US4353628A (en) *  19810508  19821012  Delta Scan, Inc.  Apparatus for producing images on radiation sensitive recording mediums 
US4365275A (en) *  19810508  19821221  Delta Scan, Inc.  Method for producing images on radiation sensitive recording mediums 
US4499489A (en) *  19810608  19850212  Dr. Ing. Rudolf Hell Gmbh  Production of screen printing blocks 
US4758886A (en) *  19860724  19880719  Minnesota Mining And Manufacturing Company  Optimal color halftone patterns for rasterscan images 
US4899214A (en) *  19880902  19900206  Itek Graphic Corp.  Low cost color scanner 
US4916530A (en) *  19880902  19900410  Itek Graphix Corp.  High resolution halftone dot generator system including LED array 
US4916545A (en) *  19881116  19900410  Eastman Kodak Company  Electronic graphic arts screener that suppresses Moire patterns using pseudorandom font selection 
US4918622A (en) *  19881116  19900417  Eastman Kodak Company  Electronic graphic arts screener 
US4977458A (en) *  19881116  19901211  Eastman Kodak Company  Apparatus for addressing a font to suppress Moire patterns occurring thereby and a method for use therein 
US5140431A (en) *  19901231  19920818  E. I. Du Pont De Nemours And Company  Digital electronic system for halftone printing 
US5239625A (en) *  19910305  19930824  Rampage Systems, Inc.  Apparatus and method to merge images rasterized at different resolutions 
US5253084A (en) *  19900914  19931012  Minnesota Mining And Manufacturing Company  General kernel function for electronic halftone generation 
US5258832A (en) *  19900914  19931102  Minnesota Mining And Manufacturing Company  Nonperpendicular, unequal frequency nonconventional screen patterns for electronic halftone generation 
US5264926A (en) *  19900914  19931123  Minnesota Mining And Manufacturing Company  Perpendicular, equal frequency nonconventional screen patterns for electronic halftone generation 
US5274473A (en) *  19890804  19931228  Intergraph Corporation  Rapid variable angle digital screening 
US5323245A (en) *  19900914  19940621  Minnesota Mining And Manufacturing Company  Perpendicular, unequal frequency nonconventional screen patterns for electronic halftone generation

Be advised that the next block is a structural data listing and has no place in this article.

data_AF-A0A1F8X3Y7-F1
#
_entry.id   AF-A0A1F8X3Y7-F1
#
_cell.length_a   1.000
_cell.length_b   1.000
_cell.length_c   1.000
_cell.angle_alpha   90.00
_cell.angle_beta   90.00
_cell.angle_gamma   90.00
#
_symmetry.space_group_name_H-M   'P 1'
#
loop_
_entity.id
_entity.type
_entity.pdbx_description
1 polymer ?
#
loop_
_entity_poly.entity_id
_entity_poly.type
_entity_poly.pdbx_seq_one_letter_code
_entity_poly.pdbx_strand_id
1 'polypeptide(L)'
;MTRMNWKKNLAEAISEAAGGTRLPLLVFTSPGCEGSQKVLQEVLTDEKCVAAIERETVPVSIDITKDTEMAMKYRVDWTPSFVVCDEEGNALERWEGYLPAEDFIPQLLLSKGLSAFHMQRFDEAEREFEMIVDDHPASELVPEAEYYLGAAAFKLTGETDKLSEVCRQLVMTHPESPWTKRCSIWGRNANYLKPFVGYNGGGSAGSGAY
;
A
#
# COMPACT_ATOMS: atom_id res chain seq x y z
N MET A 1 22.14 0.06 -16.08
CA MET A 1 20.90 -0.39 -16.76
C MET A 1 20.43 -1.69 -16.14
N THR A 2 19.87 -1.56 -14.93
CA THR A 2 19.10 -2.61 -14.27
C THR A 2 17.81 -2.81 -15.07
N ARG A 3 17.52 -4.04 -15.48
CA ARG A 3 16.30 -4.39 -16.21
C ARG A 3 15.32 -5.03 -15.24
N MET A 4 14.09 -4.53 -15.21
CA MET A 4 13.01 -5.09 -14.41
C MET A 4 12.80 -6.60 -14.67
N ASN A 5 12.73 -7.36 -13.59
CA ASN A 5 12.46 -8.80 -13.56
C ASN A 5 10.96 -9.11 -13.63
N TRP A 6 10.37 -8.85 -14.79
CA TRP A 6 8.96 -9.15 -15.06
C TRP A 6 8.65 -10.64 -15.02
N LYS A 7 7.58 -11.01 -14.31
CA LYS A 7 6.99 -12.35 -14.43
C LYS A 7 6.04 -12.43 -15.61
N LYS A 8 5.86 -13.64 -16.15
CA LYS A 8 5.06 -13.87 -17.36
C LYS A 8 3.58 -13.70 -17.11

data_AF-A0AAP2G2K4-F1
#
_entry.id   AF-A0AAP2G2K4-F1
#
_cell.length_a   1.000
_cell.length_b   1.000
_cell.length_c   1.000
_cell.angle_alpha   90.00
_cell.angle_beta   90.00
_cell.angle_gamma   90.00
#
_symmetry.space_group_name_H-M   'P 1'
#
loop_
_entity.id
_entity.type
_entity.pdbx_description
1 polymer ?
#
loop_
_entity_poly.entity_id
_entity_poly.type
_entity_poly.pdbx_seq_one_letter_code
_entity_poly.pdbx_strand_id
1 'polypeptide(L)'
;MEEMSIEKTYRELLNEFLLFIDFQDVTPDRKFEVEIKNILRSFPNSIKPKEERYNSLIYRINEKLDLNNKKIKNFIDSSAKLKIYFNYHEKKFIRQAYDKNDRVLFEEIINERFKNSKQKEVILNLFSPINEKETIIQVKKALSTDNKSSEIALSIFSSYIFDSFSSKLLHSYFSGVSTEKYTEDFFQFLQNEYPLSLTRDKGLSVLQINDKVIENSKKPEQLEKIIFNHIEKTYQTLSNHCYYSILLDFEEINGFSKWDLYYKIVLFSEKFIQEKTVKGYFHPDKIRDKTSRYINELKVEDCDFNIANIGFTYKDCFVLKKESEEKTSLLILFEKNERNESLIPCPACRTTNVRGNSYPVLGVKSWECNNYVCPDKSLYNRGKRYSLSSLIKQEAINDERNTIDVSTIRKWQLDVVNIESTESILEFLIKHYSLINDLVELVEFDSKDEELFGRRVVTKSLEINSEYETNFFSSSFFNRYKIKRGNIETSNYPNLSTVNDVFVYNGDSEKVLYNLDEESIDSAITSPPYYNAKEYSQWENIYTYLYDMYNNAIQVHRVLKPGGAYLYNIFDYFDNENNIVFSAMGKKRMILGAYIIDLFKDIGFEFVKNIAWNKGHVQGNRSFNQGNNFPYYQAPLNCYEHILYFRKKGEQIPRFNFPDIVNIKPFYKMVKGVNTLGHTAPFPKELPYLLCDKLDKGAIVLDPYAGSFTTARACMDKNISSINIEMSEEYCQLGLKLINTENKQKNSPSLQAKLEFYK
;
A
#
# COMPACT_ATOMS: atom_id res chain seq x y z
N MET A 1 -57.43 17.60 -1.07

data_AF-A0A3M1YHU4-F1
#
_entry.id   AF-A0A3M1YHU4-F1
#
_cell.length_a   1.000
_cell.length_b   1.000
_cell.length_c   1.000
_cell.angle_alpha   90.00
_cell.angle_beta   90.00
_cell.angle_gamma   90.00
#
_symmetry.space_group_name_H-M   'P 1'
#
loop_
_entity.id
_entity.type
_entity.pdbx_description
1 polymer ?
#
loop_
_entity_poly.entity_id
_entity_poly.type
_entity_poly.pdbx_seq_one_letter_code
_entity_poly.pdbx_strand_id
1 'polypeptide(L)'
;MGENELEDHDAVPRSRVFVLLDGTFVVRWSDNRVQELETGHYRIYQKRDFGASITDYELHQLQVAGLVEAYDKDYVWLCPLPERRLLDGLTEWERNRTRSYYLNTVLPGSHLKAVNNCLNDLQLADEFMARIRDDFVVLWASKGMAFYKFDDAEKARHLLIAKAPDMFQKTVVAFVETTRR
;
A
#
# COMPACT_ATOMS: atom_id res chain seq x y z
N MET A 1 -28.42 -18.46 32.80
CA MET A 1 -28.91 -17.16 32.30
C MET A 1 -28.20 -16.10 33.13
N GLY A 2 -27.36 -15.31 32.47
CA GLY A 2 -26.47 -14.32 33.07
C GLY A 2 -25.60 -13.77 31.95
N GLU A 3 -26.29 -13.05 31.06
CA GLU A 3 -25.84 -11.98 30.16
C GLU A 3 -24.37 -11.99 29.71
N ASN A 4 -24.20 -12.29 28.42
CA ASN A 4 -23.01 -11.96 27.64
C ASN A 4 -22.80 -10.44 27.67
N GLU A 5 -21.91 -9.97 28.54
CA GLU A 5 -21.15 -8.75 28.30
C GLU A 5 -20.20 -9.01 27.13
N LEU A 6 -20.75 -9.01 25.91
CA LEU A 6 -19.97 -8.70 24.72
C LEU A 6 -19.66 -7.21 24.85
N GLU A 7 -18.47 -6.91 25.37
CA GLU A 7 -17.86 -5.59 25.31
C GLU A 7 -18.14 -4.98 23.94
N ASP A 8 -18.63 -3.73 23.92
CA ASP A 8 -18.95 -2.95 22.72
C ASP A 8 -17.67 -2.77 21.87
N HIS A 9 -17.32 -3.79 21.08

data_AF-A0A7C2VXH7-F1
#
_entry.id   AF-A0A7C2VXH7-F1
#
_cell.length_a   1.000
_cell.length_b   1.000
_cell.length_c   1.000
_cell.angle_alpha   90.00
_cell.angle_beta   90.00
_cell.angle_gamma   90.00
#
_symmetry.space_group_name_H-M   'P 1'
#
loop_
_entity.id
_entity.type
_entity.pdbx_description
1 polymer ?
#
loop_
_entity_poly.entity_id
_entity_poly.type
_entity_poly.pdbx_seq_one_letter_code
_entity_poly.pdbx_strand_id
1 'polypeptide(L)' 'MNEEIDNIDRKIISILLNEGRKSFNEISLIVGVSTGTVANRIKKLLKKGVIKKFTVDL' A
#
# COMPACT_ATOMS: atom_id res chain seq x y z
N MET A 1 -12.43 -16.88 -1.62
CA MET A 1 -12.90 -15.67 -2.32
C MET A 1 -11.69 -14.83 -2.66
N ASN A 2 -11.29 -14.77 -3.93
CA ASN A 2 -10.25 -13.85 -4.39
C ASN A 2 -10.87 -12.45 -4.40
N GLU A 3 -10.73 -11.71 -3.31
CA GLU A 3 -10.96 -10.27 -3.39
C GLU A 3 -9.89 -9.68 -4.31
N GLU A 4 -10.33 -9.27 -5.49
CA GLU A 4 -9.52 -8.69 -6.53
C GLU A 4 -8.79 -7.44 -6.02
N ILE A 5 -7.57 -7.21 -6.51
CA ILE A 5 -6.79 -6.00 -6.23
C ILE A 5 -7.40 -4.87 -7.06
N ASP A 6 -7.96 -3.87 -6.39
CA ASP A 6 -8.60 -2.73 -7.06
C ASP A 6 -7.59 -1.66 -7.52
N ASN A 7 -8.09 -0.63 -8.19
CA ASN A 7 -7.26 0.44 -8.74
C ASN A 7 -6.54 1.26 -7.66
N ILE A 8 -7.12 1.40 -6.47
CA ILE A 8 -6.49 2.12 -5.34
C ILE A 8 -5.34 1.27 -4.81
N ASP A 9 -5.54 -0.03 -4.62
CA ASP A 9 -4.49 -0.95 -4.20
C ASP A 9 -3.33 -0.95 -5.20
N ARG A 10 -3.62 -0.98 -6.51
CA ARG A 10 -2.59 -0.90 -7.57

US5353128A (en) *  19910314  19941004  LinotypeHell Ag  Method and arrangement for producing rastered color separations and printing forms 
US5410414A (en) *  19931028  19950425  Xerox Corporation  Halftoning in a hyperacuity printer 
US5426519A (en) *  19940825  19950620  Xerox Corporation  Method and apparatus for implementing accurate angle screens 
EP0685960A2 (en)  19940602  19951206  Xerox Corporation  Rotating nonrotationally symmetrical halftone dots for encoding embedded data in a hyperacuity printer 
US5526143A (en) *  19920916  19960611  Scitex Corporation Ltd.  Apparatus and technique for generating a screened reproduction of an image 
US5583660A (en) *  19900914  19961210  Minnesota Mining And Manufacturing Company  Nonperpendicular, equal frequency nonconventional screen patterns for electronic halftone generation 
US6519055B1 (en)  19931028  20030211  Xerox Corporation  Twodimensional linear interpolation and registration control for a hyperacuity printer 
Families Citing this family (11)
Publication number  Priority date  Publication date  Assignee  Title 

US4149183A (en) *  19760521  19790410  Xerox Corporation  Electronic halftone generator 
US4468706A (en) *  19790213  19840828  Coulter Systems Corporation  Imaging by varying the placement of elements in the pixels 
DE2934436C2 (en) *  19790825  19860130  Bosse, Rolf, Dr.Ing., 8011 Neukeferloh, De  
JPS5962857A (en) *  19821004  19840410  Dainippon Screen Mfg Co Ltd  Picture recording method of halftone plate 
JPH0134495B2 (en) *  19821227  19890719  Reo Giken Kk  
GB8318835D0 (en) *  19830712  19830810  Crosfield Electronics Ltd  Halftone image reproducing 
JPH0614187B2 (en) *  19841011  19940223  大日本スクリーン製造株式会社  Dot film making apparatus 
US4912562A (en) *  19890306  19900327  Spectrum Sciences B.V.  Method of and means for printing a multilevel representation of an image 
BE1003657A3 (en) *  19891222  19920512  Aesthedes N V  Device for forming a data collection intended for a printing plate 
DE69120591D1 (en) *  19900425  19960808  Bayer Ag  A method for breaking up the symmetry of matrix elements in an electronic screening process 
DE4107703C2 (en) *  19910309  19940721  Hell Ag Linotype  Method and device for recording of screened images 
Citations (2)
Publication number  Priority date  Publication date  Assignee  Title 

US3657472A (en) *  19690110  19720418  Hell Rudolf Dr Ing  Method and apparatus for the dotbydot and linebyline rastered recording of picture signals obtained by scanning picture originals with a raster rotated with respect to the recording direction 
US3742129A (en) *  19710707  19730626  Harris Intertype Corp  Apparatus and method for generating halftones for image reproduction 
Patent Citations (2)
Publication number  Priority date  Publication date  Assignee  Title 

US3657472A (en) *  19690110  19720418  Hell Rudolf Dr Ing  Method and apparatus for the dotbydot and linebyline rastered recording of picture signals obtained by scanning picture originals with a raster rotated with respect to the recording direction 
US3742129A (en) *  19710707  19730626  Harris Intertype Corp  Apparatus and method for generating halftones for image reproduction 
Cited By (27)
Publication number  Priority date  Publication date  Assignee  Title 

US4328425A (en) *  19800804  19820504  Xerox Corporation  Filter for image pixels 
US4328426A (en) *  19800804  19820504  Xerox Corporation  Filter for image pixels 
US4353628A (en) *  19810508  19821012  Delta Scan, Inc.  Apparatus for producing images on radiation sensitive recording mediums 
US4365275A (en) *  19810508  19821221  Delta Scan, Inc.  Method for producing images on radiation sensitive recording mediums